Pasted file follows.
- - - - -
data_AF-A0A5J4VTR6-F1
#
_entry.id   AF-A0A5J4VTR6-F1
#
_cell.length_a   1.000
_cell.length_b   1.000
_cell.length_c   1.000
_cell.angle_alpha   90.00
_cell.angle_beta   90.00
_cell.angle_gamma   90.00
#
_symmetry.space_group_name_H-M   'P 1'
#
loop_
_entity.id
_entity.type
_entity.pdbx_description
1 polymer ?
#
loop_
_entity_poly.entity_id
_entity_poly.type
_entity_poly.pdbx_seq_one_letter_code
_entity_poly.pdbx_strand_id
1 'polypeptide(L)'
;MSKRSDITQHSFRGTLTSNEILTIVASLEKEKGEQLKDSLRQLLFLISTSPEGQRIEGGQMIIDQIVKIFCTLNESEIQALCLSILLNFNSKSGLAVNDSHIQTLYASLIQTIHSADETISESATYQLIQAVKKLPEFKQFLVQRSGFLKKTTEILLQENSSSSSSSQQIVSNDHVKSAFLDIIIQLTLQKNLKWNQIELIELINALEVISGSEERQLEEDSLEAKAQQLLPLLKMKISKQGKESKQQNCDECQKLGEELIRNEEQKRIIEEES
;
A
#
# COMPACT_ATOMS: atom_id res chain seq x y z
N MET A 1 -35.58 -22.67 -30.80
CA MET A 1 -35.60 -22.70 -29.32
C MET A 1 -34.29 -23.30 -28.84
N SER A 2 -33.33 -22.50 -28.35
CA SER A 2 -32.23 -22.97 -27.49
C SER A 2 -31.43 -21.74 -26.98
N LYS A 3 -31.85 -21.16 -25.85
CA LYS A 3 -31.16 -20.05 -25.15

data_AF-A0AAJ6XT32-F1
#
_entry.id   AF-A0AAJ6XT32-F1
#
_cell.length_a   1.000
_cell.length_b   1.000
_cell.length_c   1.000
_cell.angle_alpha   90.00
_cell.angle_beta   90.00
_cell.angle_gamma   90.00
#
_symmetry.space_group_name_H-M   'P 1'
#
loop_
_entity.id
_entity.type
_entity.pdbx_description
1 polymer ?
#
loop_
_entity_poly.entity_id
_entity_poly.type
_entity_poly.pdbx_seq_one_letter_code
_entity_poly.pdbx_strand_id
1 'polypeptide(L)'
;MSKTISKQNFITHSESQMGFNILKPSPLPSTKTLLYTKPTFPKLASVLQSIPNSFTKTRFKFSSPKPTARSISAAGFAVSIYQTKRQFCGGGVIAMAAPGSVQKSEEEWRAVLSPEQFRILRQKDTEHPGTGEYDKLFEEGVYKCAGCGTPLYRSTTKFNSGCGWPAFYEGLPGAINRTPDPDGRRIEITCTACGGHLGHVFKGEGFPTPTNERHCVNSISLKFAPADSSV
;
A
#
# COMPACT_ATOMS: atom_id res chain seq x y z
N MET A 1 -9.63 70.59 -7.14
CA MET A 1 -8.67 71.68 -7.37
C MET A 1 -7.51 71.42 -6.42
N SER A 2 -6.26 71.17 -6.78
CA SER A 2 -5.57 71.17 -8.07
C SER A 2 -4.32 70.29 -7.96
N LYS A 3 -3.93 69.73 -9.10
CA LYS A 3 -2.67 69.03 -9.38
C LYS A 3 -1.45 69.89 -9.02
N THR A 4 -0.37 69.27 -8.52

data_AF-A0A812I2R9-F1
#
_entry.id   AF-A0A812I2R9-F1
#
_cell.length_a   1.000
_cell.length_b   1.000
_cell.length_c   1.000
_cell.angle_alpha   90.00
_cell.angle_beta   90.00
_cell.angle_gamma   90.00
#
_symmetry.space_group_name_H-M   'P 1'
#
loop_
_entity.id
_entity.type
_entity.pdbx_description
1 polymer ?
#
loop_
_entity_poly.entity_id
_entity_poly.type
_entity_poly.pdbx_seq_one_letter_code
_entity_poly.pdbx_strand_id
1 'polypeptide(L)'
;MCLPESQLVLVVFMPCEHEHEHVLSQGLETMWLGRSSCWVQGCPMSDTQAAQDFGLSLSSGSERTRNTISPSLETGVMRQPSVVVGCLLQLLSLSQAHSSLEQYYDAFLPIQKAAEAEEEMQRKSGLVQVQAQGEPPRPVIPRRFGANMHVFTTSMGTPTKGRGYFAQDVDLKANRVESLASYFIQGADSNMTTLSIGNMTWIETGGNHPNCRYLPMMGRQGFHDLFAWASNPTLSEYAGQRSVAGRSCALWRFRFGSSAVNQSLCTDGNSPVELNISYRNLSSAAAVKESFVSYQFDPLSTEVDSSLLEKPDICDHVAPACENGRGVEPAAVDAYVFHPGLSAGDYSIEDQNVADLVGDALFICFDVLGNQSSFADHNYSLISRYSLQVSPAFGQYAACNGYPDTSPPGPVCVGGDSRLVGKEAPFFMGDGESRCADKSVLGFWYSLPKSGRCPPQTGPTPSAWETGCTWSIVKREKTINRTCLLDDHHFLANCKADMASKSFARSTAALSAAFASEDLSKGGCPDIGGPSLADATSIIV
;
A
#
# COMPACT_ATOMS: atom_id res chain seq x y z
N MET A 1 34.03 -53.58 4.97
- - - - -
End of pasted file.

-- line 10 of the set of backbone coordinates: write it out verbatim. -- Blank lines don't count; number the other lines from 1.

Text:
_cell.angle_gamma   90.00